George Twombly

From Wikipedia, the free encyclopedia
  (Redirected from George Twombley)
Jump to: navigation, search
George Twombly
Born: (1892-06-04)June 4, 1892
Boston, Massachusetts
Died: February 17, 1975(1975-02-17) (aged 82)
Lexington, Massachusetts
Batted: Right Threw: Right
MLB debut
July 9, 1914, for the Cincinnati Reds
Last MLB appearance
September 1, 1919, for the Washington Senators
MLB statistics
Batting average .211
Home runs 0
Runs batted in 33

George Frederick "Silent George" Twombly (June 4, 1892 – February 17, 1975) was a Major League Baseball player. He played five seasons with the Cincinnati Reds (1914 – 1916), Boston Braves (1917), and Washington Senators (1919).[1] He was the older brother of Clarence "Babe" Twombly,[2] who played for the Chicago Cubs in the early 1920s.[3]

In 1911, then minor league Baltimore Orioles manager Jack Dunn signed the 18-year-old Twombly out of a Boston high school and sent him to the B-League Scranton Miners.[4]

Appendicitis in 1914, his spot in the opening lineup for Baltimore was taken by a 19-year-old Babe Ruth. Later, the Cincinnati Reds were given the opportunity to purchase Babe Ruth from Baltimore, but instead took Twombly and shortstop Claud Derrick.[5]

Twombly made his first appearance in a major league game on July 9, 1914, going 1–for–1 with a triple and a run scored against the Brooklyn Robins.[6]

On February 8, 1916, Twombly was sold back to Baltimore.[7] Twombly had an exceptional season from a power standpoint in the twilight years of the dead-ball era, leading the International League in home runs with 12.[8] He also amassed 10 triples, 21 doubles, and 158 hits for a .313 batting average in 131 games for the Orioles.[1]

Later in the 1916 season, despite majority opinion against it within the organization, Twombly was briefly brought back up to the Reds for three games as the season winded down and the team was clearly not going to make the World Series, garnering a regular season record of 60–93.[9][10] Twombly made no impact, reaching base only once in six plate appearances on a walk before being sent back to Baltimore.[1][9]

After being released by the Boston Braves partway through June 1917, Twombly announced his retirement from baseball.[11]

On August 13, 1919, Twombly was signed by George Weiss, then owner of the New Haven Weissmen of the Class A Eastern League.[12] Twombly closed out his professional career with New Haven, hitting for a .309 average over 55 at-bats in 17 games.[1]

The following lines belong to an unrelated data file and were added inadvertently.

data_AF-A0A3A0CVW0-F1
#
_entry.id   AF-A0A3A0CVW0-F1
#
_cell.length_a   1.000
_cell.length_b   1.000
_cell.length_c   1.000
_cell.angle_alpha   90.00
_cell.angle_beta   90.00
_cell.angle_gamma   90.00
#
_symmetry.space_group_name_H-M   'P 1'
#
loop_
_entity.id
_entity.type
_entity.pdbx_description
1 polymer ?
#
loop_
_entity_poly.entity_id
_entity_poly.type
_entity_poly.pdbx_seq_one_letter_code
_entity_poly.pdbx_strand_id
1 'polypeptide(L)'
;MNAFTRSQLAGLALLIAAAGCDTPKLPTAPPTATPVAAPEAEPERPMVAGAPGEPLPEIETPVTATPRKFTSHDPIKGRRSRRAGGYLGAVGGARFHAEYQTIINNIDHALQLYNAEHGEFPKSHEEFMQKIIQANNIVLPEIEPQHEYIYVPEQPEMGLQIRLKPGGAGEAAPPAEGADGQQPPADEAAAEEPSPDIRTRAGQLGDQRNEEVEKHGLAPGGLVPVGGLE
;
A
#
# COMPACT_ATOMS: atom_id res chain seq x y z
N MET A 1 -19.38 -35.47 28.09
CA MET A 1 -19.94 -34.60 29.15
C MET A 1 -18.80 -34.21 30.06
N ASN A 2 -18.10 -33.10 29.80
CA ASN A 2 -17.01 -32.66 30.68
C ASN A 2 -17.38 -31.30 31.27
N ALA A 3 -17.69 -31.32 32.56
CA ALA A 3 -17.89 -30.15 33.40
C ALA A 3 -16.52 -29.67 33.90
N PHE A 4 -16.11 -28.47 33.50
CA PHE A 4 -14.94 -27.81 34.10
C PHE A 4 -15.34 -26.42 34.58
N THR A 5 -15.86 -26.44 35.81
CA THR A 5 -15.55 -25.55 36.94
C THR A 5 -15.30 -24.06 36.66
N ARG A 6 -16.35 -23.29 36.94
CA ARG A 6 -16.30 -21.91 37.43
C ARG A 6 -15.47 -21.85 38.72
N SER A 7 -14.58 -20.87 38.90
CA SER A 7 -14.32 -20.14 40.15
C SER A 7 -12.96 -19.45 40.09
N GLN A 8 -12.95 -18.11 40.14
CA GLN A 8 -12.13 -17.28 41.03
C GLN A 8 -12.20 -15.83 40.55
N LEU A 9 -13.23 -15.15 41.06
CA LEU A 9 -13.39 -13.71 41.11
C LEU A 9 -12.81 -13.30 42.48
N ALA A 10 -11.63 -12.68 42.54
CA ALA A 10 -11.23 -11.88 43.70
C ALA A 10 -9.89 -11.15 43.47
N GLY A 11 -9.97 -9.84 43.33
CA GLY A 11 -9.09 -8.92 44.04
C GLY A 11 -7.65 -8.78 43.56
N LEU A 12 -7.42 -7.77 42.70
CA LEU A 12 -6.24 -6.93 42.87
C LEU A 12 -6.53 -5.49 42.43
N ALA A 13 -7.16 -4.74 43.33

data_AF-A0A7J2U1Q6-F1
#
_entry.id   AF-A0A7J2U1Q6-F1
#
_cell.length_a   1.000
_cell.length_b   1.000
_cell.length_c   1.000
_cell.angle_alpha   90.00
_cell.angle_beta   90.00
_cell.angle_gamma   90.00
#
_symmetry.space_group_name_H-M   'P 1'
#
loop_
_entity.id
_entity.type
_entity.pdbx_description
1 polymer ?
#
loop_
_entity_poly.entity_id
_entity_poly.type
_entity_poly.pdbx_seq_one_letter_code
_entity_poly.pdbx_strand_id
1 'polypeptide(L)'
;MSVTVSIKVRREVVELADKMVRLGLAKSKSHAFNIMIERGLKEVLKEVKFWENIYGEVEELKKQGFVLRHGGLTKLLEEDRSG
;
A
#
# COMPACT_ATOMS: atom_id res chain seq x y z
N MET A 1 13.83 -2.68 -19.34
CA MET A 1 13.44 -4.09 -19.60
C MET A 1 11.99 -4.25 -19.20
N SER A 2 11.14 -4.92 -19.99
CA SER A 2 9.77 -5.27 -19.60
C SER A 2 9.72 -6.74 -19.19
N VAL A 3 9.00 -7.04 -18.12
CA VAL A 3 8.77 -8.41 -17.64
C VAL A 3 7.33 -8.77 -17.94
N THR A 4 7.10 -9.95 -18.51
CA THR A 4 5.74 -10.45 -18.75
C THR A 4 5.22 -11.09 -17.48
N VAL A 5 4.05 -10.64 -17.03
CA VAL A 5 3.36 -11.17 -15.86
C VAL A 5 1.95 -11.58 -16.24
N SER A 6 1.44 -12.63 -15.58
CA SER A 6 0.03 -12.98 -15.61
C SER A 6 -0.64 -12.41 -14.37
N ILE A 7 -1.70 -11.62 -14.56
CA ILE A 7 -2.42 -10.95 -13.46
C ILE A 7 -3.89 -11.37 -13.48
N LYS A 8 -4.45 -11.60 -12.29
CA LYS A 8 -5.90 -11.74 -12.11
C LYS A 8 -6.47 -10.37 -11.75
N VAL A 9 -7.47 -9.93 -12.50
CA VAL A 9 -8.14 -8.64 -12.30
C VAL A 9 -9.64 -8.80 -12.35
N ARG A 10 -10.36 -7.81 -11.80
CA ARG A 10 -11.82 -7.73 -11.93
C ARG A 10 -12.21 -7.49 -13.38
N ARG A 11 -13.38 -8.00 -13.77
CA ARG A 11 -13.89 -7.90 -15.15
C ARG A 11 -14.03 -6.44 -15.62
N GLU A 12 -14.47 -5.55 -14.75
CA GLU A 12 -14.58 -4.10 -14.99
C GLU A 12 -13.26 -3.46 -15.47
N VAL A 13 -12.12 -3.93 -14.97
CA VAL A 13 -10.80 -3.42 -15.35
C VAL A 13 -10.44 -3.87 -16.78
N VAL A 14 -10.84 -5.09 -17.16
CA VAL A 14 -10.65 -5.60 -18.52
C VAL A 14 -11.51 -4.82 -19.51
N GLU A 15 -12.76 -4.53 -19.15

1. ^ a b c d Career statistics and history at
  2. ^ Phelon, W. A. (June 1920). "Striking Incidents of the Season's Opening" (PDF). Baseball Magazine. 25 (1): 329. Retrieved 9 December 2011. 
  3. ^ Career statistics and history for Babe Twombly at
  4. ^ "New York Nuggets" (PDF). Sporting Life. 57 (20): 18. 22 July 1911. Retrieved 22 April 2013. 
  5. ^ Cairnes, Philip F. (October 1999). Young Babe Ruth: His Early Life and Baseball Career, from the Memoirs of a Xaverian Brother. Jefferson, North Carolina: McFarland & Company. p. 67,112. ISBN 0786483539. Retrieved 24 April 2013. 
  6. ^ Tener, John K. (18 July 1914). "The National League" (PDF). Sporting Life. 63 (20): 5. 
  7. ^ "Diamond Dust". The Day. February 8, 1916. p. 12. 
  8. ^ Wright, Marshall D. (August 2005). The International League: Year-by-Year Statistics, 1884-1953. Jefferson, North Carolina: McFarland & Company. ISBN 078642267X. 
  9. ^ a b Mulford Jr., Ren (18 November 1916). "The Red Ghosts in New Garb" (PDF). Sporting Life. 68 (12): 6. Retrieved 22 April 2013. 
  10. ^ 1916 Cincinnati Reds baseball season at
  11. ^ "George Twombly Retires". Christian Science Monitor. June 11, 1917. p. 12. 
  12. ^ "Twombly and Davies Signed". New York Times. August 15, 1919. 

External links[edit]